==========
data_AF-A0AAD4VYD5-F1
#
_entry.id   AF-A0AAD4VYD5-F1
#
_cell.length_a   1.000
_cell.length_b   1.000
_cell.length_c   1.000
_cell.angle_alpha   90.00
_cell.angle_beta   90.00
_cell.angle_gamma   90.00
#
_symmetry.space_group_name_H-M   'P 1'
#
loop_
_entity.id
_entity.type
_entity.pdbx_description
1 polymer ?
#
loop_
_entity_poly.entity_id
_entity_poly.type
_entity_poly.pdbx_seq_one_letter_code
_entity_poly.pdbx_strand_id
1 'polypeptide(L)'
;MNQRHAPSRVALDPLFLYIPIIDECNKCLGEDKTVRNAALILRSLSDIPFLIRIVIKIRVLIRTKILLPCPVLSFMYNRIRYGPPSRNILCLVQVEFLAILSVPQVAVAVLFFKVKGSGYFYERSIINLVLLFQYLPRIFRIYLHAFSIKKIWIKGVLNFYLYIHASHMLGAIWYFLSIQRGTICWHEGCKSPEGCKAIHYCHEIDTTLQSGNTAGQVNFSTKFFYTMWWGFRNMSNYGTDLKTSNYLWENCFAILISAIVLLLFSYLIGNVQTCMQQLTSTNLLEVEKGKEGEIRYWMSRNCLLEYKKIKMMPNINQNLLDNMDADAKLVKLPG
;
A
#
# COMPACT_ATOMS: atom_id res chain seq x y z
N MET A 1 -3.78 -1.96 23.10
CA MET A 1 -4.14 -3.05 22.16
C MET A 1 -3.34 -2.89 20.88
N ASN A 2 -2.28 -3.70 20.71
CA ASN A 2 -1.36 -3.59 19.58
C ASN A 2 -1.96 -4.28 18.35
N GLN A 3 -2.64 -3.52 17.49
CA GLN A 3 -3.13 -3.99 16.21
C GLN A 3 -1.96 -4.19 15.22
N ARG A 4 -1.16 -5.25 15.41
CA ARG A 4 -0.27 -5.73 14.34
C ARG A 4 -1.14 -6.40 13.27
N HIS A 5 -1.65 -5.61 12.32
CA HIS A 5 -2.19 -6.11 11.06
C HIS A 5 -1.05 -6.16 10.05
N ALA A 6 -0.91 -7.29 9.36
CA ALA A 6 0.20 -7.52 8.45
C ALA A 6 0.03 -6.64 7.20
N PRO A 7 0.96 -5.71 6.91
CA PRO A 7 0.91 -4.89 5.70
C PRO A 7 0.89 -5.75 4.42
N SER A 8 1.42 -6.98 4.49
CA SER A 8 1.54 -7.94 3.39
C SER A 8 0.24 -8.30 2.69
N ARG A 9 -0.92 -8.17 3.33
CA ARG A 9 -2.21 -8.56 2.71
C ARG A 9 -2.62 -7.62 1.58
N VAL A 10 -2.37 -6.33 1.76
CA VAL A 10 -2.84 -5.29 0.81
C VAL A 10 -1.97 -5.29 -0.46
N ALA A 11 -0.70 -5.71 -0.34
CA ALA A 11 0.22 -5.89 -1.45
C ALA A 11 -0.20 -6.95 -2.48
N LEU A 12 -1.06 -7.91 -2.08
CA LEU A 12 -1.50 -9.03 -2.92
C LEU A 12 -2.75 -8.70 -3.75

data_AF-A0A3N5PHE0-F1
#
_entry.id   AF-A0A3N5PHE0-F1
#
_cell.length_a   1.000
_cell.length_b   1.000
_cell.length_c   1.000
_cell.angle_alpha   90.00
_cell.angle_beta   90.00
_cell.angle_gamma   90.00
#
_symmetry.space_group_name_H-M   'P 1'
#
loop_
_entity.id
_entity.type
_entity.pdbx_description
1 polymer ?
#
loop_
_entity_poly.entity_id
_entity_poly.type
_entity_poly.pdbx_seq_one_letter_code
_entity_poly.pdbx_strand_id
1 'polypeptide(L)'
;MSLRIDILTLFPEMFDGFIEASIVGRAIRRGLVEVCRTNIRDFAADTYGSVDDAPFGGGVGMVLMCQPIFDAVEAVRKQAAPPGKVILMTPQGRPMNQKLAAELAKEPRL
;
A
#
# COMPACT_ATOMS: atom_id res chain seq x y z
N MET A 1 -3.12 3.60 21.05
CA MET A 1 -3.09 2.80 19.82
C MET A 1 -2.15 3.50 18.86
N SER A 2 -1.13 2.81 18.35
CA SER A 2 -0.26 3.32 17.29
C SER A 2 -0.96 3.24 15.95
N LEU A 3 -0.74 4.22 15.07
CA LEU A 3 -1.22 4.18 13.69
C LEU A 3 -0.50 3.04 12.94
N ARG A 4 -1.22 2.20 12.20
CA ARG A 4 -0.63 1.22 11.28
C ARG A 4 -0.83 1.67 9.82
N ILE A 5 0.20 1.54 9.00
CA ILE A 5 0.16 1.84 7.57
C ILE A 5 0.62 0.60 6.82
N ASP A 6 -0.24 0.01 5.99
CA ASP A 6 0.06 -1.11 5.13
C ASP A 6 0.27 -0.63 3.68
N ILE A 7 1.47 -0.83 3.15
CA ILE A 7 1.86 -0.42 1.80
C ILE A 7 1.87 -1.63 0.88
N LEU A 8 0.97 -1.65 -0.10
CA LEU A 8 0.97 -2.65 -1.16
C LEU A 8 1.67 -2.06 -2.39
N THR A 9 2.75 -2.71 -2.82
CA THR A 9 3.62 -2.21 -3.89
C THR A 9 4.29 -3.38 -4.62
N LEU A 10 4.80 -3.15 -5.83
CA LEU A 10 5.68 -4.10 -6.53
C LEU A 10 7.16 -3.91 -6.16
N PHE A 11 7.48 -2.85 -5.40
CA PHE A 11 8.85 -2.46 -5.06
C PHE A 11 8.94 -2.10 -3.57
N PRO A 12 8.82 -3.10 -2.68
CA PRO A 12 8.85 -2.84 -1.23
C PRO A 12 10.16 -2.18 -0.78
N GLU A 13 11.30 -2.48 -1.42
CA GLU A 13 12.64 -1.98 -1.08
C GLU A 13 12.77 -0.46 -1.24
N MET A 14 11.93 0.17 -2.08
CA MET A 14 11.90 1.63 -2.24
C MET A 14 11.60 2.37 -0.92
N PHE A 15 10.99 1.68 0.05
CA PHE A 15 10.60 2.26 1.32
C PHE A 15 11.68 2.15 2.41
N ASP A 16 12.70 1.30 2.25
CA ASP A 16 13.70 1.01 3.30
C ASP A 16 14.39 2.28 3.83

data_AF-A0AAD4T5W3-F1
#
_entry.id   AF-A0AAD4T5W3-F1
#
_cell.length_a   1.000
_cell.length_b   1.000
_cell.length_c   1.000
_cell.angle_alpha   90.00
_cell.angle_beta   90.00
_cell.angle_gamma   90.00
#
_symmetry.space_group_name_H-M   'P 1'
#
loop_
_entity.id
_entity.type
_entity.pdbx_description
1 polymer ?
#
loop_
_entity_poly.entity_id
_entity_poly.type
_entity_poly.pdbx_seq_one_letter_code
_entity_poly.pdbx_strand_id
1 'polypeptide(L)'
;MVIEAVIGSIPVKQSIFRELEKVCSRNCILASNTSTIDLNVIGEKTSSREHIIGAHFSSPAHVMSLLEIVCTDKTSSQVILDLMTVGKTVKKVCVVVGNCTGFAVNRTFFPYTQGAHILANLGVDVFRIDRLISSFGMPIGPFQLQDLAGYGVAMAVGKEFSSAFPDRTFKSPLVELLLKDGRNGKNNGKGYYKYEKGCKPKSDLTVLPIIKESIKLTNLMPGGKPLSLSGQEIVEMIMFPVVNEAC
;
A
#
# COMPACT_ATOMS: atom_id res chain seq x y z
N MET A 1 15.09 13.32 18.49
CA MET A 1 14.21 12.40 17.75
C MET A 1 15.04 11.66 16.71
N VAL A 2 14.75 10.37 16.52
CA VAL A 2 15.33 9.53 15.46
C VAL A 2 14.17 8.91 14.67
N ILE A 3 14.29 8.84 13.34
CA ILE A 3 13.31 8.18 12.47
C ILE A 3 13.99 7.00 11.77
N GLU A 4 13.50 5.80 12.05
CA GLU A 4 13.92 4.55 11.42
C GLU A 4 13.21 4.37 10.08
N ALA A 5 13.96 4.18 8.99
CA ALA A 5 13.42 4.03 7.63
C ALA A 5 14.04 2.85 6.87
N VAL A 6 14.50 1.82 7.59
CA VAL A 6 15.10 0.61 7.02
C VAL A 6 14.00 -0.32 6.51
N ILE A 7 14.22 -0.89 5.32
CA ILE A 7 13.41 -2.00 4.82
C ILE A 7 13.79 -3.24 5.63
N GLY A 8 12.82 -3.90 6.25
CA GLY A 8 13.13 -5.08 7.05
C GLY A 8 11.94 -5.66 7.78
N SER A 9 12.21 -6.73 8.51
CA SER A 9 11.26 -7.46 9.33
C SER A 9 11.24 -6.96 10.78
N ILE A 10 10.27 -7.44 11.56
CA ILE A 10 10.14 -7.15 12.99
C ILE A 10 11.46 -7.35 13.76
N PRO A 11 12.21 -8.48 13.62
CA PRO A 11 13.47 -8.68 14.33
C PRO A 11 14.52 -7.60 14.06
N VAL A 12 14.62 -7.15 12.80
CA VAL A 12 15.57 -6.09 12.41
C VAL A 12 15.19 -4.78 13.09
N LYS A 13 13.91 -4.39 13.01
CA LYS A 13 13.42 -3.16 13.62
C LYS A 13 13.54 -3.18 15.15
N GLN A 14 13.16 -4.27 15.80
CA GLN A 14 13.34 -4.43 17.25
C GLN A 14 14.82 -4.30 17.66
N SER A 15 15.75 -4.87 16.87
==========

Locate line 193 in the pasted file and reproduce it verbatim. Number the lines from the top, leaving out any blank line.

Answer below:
N ILE A 7 14.22 -0.89 5.32